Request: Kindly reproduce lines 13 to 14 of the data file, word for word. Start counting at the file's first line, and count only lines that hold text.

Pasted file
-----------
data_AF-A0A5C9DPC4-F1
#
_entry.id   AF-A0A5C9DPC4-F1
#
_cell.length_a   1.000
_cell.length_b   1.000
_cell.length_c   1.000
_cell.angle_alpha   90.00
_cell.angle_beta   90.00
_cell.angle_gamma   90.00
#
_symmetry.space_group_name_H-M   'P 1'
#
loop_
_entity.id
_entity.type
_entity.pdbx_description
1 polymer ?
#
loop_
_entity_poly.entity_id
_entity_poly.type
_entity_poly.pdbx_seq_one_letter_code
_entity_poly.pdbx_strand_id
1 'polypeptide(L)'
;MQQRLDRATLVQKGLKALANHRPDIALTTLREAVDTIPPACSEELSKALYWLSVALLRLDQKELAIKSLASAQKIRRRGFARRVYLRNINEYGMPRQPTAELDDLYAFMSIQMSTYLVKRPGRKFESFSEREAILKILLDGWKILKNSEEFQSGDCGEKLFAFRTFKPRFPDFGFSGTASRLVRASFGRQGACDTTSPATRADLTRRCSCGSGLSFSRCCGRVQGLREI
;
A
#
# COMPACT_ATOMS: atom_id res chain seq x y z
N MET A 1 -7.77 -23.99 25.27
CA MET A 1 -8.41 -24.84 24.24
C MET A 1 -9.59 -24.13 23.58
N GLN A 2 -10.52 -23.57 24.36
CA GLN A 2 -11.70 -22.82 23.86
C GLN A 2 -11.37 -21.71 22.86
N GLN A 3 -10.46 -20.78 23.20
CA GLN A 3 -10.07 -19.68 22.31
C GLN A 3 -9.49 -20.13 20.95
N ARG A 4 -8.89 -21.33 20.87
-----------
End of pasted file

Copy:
#
loop_